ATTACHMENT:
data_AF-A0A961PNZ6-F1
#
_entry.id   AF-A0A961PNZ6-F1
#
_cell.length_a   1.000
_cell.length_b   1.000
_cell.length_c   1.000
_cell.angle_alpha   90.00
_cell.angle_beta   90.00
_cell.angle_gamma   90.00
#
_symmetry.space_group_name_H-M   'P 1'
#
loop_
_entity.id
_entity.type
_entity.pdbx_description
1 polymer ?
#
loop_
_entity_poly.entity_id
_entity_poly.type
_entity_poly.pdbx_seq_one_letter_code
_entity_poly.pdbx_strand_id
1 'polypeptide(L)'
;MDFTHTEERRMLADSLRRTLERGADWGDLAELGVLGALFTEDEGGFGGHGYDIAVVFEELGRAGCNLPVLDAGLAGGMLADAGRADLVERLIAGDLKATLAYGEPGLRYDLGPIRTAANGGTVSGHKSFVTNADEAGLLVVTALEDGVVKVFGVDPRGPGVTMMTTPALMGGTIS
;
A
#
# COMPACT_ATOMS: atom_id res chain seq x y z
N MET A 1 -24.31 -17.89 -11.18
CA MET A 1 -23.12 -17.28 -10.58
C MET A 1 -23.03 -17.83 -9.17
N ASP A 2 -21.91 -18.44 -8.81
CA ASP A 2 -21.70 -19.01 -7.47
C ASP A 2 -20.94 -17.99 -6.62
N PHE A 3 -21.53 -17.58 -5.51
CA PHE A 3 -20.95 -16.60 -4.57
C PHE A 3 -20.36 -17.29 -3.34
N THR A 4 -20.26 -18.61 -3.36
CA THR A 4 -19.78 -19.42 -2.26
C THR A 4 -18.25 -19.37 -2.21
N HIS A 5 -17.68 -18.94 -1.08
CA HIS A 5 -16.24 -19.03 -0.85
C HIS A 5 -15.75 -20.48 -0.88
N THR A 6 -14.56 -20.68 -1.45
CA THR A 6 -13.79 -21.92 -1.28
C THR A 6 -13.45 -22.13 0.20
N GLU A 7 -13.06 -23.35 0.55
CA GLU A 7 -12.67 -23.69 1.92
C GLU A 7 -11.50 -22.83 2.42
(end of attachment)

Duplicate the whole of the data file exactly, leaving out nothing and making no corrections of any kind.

data_AF-A0A961PNZ6-F1
#
_entry.id   AF-A0A961PNZ6-F1
#
_cell.length_a   1.000
_cell.length_b   1.000
_cell.length_c   1.000
_cell.angle_alpha   90.00
_cell.angle_beta   90.00
_cell.angle_gamma   90.00
#
_symmetry.space_group_name_H-M   'P 1'
#
loop_
_entity.id
_entity.type
_entity.pdbx_description
1 polymer ?
#
loop_
_entity_poly.entity_id
_entity_poly.type
_entity_poly.pdbx_seq_one_letter_code
_entity_poly.pdbx_strand_id
1 'polypeptide(L)'
;MDFTHTEERRMLADSLRRTLERGADWGDLAELGVLGALFTEDEGGFGGHGYDIAVVFEELGRAGCNLPVLDAGLAGGMLADAGRADLVERLIAGDLKATLAYGEPGLRYDLGPIRTAANGGTVSGHKSFVTNADEAGLLVVTALEDGVVKVFGVDPRGPGVTMMTTPALMGGTIS
;
A
#
# COMPACT_ATOMS: atom_id res chain seq x y z
N MET A 1 -24.31 -17.89 -11.18
CA MET A 1 -23.12 -17.28 -10.58
C MET A 1 -23.03 -17.83 -9.17
N ASP A 2 -21.91 -18.44 -8.81
CA ASP A 2 -21.70 -19.01 -7.47
C ASP A 2 -20.94 -17.99 -6.62
N PHE A 3 -21.53 -17.58 -5.51
CA PHE A 3 -20.95 -16.60 -4.57
C PHE A 3 -20.36 -17.29 -3.34
N THR A 4 -20.26 -18.61 -3.36
CA THR A 4 -19.78 -19.42 -2.26
C THR A 4 -18.25 -19.37 -2.21
N HIS A 5 -17.68 -18.94 -1.08
CA HIS A 5 -16.24 -19.03 -0.85
C HIS A 5 -15.75 -20.48 -0.88
N THR A 6 -14.56 -20.68 -1.45
CA THR A 6 -13.79 -21.92 -1.28
C THR A 6 -13.45 -22.13 0.20
N GLU A 7 -13.06 -23.35 0.55
CA GLU A 7 -12.67 -23.69 1.92
C GLU A 7 -11.50 -22.83 2.42